Mack has started 66 straight games, and begun 4,129 consecutive plays, for the Browns.

Bengals quarterback Andy Dalton. Dalton has completed 71 of 106 passes (67.0 percent) this season with five touchdowns against three interceptions.

Last year, Dalton led Cincinnati’s offense and completed 329 of 528 pass attempts for 3,669 yards and 27 touchdowns against 16 interceptions. Despite being sacked 46 times for 229 lost yards, Dalton carried an 87.4 quarterback rating and rushed for four touchdowns.

Green. Green leads the Bengals with 19 receptions for 249 yards and three touchdowns, while tight end Jermaine Gresham (15-128) and wide receiver Mohamed Sanu (13-127) also have double-digit catches.

Green was Dalton’s favorite target in 2012, catching 97 passes for 1,350 yards and 11 touchdowns. His longest reception, a 73-yarder in a 38-31 win at Washington on Sept. 23, 2012, was a trick-play pass thrown by Sanu.

Linebacker Vontaze Burfict. An undrafted free agent signing of the Bengals last year, Burfict sets the tone for Cincinnati’s defense.  He has registered 28 total tackles, including 21 solo stops, and returned his lone interception 12 yards in the first three games of the year.

The Browns continue their three-game home-stand against the Buffalo Bills on NFL Network’s Thursday Night Football next week. The Bengals return to Paul Brown Stadium with a game against the New England Patriots next Sunday.


Browns coach Rob Chudzinski is a native of Toledo, Ohio, and graduate of St. John’s Jesuit High School.

Cleveland defensive coordinator Ray Horton was a second-round pick of the Bengals in the 1983 NFL Draft. He played in 147 games, started 99 and appeared in Super Bowl XXIII with the Bengals. He later served as Cincinnati’s defensive backs coach (1997-2000) and safeties coach (2001).

Defensive backs coach Louie Cioffi was a defensive assistant for the Bengals from 1997-2002, and later served as their assistant defensive backs coach from 2003-2010.

Browns offensive line coach George Warhop began his coaching career as a student-assistant coach at the University of Cincinnati in 1983.

Browns offensive lineman John Greco (Youngstown/Boardman H.S.), Hoyer (North Olmsted/St. Ignatius H.S.), defensive linemen John Hughes (Gahanna/Lincoln H.S.) and Ishmaa’ily Kitchen (Youngstown/Cardinal Mooney H.S.), and practice-squad outside linebacker Justin Staples (Lakewood/St. Edward H.S.) are Ohio natives.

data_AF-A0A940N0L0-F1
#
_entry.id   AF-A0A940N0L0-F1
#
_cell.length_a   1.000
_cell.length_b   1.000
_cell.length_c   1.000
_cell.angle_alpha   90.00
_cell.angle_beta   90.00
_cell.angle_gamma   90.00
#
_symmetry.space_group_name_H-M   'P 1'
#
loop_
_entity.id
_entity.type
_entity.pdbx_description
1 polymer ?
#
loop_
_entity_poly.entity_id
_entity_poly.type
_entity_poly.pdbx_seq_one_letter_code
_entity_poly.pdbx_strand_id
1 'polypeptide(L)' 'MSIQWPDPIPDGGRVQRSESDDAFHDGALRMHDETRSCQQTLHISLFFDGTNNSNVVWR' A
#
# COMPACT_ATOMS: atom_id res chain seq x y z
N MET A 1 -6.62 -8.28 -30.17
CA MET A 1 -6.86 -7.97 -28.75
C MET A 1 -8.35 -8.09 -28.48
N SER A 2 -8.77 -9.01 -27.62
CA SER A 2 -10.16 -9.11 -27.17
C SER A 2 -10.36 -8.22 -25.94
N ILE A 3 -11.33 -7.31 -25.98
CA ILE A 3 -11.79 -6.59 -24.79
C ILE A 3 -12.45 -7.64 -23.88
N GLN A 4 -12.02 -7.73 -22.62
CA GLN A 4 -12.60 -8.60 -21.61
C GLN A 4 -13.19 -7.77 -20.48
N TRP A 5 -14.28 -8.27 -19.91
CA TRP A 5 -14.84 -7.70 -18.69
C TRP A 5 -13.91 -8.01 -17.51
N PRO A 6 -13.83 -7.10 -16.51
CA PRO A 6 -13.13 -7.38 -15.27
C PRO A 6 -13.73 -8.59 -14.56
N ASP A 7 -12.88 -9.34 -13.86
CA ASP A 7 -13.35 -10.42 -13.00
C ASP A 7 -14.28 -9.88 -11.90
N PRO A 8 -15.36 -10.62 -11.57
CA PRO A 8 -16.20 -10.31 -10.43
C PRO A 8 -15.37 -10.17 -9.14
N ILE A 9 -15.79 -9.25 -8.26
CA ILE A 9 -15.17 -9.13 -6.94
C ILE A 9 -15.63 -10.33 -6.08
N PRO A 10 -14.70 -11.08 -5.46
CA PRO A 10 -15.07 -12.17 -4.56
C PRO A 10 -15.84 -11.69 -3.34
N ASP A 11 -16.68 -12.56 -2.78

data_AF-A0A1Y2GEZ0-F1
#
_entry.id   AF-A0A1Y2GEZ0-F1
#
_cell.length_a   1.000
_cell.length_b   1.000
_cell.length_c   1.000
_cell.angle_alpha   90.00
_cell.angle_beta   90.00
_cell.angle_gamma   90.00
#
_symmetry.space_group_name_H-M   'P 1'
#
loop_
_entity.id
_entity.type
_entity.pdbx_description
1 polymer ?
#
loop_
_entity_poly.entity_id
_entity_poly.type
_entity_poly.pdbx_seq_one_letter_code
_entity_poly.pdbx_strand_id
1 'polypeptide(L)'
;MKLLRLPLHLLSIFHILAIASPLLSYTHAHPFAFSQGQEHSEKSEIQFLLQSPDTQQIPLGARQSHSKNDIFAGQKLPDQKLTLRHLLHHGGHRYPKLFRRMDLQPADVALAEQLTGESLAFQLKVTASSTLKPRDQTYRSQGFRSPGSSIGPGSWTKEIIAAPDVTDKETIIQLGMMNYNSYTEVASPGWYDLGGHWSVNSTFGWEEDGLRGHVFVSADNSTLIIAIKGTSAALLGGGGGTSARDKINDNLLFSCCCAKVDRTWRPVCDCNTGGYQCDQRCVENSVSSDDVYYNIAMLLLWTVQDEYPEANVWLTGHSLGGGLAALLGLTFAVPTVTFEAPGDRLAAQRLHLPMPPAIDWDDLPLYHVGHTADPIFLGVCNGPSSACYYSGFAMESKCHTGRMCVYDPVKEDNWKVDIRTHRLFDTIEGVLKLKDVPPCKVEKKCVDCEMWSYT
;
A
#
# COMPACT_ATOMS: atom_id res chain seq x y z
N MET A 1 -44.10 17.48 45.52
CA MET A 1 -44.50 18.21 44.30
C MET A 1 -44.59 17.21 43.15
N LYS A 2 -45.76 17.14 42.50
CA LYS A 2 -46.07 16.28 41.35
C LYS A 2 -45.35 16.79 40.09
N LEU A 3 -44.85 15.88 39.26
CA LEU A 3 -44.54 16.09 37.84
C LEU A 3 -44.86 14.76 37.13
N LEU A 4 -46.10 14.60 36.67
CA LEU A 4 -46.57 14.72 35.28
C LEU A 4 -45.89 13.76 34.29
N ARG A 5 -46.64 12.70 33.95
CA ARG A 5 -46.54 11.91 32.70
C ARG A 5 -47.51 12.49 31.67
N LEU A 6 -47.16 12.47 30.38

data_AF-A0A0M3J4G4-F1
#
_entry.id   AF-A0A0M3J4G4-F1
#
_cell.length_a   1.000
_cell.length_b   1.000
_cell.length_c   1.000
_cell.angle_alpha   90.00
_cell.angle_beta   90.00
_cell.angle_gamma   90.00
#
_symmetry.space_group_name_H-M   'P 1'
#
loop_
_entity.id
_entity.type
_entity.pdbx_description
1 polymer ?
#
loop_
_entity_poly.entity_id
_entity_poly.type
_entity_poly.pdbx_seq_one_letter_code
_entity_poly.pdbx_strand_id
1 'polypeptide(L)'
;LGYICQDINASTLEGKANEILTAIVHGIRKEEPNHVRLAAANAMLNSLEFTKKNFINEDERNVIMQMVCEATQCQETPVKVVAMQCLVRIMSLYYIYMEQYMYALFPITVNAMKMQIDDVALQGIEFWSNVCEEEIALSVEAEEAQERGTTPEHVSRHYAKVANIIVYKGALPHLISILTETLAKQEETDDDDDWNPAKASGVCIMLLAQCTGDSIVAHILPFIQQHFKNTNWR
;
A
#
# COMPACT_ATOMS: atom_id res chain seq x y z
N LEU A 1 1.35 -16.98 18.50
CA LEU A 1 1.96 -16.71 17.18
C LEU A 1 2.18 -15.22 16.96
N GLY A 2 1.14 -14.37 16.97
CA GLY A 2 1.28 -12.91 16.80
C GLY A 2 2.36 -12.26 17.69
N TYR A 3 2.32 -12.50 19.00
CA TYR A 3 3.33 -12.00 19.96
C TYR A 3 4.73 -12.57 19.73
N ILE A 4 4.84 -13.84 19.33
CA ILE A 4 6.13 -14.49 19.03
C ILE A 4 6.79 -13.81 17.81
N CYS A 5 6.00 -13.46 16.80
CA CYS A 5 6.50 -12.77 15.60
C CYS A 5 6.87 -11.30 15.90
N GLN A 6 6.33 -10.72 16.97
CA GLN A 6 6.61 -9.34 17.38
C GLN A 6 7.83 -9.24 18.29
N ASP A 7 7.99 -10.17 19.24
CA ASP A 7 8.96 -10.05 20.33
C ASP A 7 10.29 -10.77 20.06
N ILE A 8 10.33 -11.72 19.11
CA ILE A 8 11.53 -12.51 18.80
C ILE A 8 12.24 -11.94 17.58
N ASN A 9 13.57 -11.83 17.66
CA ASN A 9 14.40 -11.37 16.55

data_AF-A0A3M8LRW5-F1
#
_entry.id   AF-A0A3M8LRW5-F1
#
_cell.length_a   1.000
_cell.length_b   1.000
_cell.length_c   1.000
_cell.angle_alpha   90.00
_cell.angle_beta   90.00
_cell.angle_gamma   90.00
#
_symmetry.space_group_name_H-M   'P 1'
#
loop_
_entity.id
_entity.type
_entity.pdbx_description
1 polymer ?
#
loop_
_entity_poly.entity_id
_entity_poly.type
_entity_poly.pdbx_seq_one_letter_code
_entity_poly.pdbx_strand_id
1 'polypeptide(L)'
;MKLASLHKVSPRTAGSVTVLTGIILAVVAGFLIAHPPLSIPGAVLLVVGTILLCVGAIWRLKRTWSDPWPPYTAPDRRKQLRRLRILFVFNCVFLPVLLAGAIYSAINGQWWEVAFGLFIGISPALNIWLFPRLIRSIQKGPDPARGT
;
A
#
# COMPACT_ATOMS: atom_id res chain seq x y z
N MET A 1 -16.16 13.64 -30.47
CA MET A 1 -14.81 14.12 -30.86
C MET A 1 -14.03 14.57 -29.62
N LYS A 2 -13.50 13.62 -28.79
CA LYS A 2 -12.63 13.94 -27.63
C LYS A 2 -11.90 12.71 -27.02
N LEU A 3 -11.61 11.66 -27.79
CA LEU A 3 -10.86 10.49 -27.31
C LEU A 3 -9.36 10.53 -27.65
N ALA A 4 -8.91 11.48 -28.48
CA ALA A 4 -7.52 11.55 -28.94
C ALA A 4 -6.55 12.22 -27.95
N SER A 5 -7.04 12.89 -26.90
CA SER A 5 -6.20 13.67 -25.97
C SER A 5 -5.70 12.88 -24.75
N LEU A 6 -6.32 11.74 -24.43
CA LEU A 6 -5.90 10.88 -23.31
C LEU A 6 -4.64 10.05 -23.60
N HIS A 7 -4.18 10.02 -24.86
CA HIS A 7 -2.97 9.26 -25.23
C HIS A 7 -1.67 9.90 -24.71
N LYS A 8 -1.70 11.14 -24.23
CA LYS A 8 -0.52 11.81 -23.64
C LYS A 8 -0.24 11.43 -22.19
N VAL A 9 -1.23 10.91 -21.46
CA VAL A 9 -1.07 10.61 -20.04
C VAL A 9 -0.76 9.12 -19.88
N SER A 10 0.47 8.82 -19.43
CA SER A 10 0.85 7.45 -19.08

Hughes played football for the University of Cincinnati, and Kitchen played at Kent State University.

Bengals tight end Alex Smith spent the last three seasons with the Browns, where he caught 28 passes for 184 yards and one touchdown in 29 games as a tight end and fullback.

Cincinnati running back Cedric Peerman spent part of the 2009 season on the Browns’ active roster and practice squad.

Quarterback Josh Johnson spent the final week of the 2012 season with the Browns.

Bengals defensive tackle Larry Black (Cincinnati/Wyoming High School), linebackers James Harrison (Akron/Coventry H.S.) and J.K. Schaffer (Cincinnati/LaSalle H.S.), running back Daniel Herron (Warren/Harding H.S.), punter Kevin Huber (Cincinnati/Archbishop McNicholas H.S.), kicker Mike Nugent (Centerville), and wide receiver Dane Sanzenbacher (Toledo/Central Catholic H.S.) are Ohio natives.

Practice-squad offensive lineman Reid Fragel (The Ohio State University), Harrison (Kent State), wide receiver Andrew Hawkins (University of Toledo), Herron (Ohio State), Huber (Cincinnati), Nugent (Ohio State), and Sanzenbacher (Ohio State) played college football in Ohio.

Bengals offensive coordinator Jay Gruden is a native of Tiffin, Ohio.

Cincinnati’s assistant linebackers/quality control coach, David Lippincott, is a native of Cincinnati. After graduating from Archbishop Moeller High School, he went to the University of Dayton. Lippincott’s coaching career began as an assistant at Bluffton College from 2000-02.

Chip Morton, the Bengals’ strength-and-conditioning coach served as Ohio State’s assistant strength-and-conditioning coach from 1985-86.

Bengals quarterbacks coach Ken Zampese served as the passing-game coordinator and quarterbacks coach at Miami (Ohio) University from 1996-97.

Bengals assistant special teams/quality control coach Brayden Coombs is a native of Cincinnati. After graduating from Colerain High School, he played collegiately at Miami (Ohio).


Fans can watch Sunday’s game at 1 p.m./ET on local CBS affiliate, WOIO-TV 19. Marv Albert (play-by-play) and former NFL MVP Rich Gannon (color analyst) will call the action.

The game is also available along the Browns Radio Network with Jim Donovan, former Browns left tackle Doug Dieken, and Jamir Howerton on the call.

Sports USA Radio Network will call the game with Larry Kahn (play-by-play), former NFL offensive lineman Ross Tucker (color analyst) and Troy West (sideline) on the call on Sirius XM Channel 158.

“What to Watch For” is Brought to you by Arby’s. Try the new Smokehouse Brisket Sandwich today. Tender brisket, smoked at least 13 hours, and ready when you are. Arby’s. Slicing up Freshness.